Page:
of Indiana.[6] The population was 8,750 at the 2010 census. The city is the county seat of Whitley County.[7]Contents1 History 2 Geography 3 Demographics3.1 2010 census 3.2 2000 census4 Government 5 Education 6 Notable people 7 References 8 External linksHistory[edit]Whitley County CourthouseThe Whitley County Courthouse was designed (1888–1891) by Brentwood S. Tolan, of Fort Wayne, Indiana. The building was added to the National Register of Historic Places
National Register of Historic Places
in 1979. The Thomas R
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Sonobuoy
A sonobuoy (a portmanteau of sonar and buoy) is a relatively small buoy (typically 13 cm or 5 in, in diameter and 91 cm or 3 ft long) expendable sonar system that is dropped/ejected from aircraft or ships conducting anti-submarine warfare or underwater acoustic research.Contents1 Theory of operation 2 History 3 Operation 4 References 5 External linksTheory of operation[edit] Sonobuoys are ejected from aircraft in canisters and deploy upon water impact. An inflatable surface float with a radio transmitter remains on the surface for communication with the aircraft, while one or more hydrophone sensors and stabilizing equipment descend below the surface to a selected depth that is variable. The specific depth depends on environmental conditions and the search pattern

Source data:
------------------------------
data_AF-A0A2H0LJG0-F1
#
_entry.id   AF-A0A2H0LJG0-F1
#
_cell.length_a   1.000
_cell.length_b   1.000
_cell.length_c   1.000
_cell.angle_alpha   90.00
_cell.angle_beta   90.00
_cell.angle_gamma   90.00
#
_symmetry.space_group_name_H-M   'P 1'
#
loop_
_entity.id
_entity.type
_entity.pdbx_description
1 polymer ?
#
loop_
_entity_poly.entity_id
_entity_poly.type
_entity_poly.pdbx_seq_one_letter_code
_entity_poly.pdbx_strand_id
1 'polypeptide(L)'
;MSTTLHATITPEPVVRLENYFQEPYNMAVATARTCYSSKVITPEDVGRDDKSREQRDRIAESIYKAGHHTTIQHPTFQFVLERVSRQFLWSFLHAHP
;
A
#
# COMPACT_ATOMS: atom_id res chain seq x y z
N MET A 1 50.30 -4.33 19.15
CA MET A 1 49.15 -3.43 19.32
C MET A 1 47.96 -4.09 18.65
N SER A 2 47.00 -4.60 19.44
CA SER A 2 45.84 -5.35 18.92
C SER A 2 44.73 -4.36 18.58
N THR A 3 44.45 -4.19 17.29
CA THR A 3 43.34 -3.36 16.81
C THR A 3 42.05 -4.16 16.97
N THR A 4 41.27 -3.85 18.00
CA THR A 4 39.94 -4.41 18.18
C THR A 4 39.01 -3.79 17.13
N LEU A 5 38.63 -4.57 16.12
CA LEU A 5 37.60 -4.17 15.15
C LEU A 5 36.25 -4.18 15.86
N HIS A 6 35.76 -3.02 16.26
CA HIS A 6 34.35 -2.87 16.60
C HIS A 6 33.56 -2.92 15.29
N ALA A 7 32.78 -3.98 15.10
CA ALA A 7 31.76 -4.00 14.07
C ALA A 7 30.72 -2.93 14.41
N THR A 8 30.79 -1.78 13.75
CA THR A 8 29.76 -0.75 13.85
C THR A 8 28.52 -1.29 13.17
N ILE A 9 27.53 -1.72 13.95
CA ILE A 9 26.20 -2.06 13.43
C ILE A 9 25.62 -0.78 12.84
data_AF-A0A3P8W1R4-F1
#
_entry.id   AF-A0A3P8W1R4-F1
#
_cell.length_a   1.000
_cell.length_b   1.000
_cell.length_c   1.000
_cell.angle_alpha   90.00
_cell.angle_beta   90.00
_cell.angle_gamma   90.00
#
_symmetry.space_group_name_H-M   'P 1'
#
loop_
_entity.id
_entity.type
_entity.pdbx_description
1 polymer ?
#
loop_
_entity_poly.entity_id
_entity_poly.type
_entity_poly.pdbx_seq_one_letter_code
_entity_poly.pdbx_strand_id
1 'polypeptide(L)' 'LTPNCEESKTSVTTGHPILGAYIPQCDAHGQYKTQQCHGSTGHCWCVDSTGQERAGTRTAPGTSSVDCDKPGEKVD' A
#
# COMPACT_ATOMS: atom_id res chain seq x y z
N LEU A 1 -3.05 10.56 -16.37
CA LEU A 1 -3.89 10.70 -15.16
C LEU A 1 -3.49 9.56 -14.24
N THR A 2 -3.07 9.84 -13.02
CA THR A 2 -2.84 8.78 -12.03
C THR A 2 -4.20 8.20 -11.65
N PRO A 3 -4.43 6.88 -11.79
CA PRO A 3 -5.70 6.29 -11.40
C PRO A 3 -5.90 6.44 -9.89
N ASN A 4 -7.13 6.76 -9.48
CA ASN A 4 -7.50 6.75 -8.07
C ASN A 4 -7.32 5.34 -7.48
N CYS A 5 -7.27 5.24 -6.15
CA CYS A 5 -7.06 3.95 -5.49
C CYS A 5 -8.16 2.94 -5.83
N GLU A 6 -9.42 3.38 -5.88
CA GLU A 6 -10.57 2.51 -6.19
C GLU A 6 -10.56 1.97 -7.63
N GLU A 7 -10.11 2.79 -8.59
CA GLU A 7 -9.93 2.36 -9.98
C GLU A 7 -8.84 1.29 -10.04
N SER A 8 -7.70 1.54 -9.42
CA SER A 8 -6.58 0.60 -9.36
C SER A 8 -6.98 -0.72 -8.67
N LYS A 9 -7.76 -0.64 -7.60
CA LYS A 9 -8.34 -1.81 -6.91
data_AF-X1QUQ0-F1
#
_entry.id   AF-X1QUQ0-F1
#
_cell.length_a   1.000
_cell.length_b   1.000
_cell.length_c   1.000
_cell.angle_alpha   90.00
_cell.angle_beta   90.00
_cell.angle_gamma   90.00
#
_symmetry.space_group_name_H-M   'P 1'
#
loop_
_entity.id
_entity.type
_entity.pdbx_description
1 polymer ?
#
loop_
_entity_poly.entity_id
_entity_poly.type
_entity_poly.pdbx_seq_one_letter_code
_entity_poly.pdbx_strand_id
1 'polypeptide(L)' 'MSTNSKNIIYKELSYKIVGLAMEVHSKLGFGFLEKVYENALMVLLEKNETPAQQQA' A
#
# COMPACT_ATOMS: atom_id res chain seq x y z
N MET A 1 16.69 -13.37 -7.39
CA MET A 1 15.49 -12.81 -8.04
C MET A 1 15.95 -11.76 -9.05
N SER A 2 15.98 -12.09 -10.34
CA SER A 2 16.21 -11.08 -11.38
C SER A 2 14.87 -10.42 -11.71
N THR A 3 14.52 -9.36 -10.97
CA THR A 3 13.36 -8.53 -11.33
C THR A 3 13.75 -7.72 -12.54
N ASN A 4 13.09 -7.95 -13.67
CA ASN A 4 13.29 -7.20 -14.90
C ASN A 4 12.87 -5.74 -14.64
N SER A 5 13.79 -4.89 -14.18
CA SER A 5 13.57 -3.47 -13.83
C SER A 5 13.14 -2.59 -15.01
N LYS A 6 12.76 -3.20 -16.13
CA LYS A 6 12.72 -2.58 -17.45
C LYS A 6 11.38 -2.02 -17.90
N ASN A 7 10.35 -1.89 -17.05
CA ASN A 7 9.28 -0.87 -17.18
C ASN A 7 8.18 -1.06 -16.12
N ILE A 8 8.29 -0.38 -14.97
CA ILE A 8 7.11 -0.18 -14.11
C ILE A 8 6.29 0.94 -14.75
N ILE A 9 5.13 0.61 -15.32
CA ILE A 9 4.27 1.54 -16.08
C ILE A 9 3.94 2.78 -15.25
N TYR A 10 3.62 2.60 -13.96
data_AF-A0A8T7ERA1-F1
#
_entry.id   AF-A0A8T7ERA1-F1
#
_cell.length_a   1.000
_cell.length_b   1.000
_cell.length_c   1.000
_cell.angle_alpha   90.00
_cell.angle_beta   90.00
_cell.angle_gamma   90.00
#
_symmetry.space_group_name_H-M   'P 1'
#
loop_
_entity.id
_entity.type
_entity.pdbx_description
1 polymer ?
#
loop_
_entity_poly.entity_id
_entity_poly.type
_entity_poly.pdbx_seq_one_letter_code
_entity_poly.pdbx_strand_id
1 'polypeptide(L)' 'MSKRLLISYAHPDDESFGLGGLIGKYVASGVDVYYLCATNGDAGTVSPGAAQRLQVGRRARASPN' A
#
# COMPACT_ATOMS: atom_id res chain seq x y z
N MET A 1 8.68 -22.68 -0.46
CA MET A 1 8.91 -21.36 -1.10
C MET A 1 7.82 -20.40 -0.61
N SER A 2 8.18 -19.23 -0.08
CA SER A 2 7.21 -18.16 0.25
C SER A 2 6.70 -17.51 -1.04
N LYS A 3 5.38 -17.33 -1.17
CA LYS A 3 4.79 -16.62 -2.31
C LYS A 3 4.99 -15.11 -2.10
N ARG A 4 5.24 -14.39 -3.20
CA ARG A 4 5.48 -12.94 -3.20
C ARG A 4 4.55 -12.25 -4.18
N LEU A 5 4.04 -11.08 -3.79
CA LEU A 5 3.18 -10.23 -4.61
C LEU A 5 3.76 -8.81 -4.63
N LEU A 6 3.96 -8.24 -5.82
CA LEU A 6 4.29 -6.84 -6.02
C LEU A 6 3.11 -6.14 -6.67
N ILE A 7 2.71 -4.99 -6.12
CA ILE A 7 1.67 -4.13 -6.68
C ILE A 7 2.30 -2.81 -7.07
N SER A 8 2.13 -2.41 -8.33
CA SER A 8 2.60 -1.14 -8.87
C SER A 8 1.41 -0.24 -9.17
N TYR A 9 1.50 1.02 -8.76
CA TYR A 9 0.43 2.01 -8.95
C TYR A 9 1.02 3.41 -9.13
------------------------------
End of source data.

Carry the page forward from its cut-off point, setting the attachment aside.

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Electronic Warfare
Electronic warfare
Electronic warfare
(EW) is any action involving the use of the electromagnetic spectrum or directed energy to control the spectrum, attack of an enemy, or impede enemy assaults via the spectrum. The purpose of electronic warfare is to deny the opponent the advantage of, and ensure friendly unimpeded access to, the EM spectrum
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Command, Control, And Communication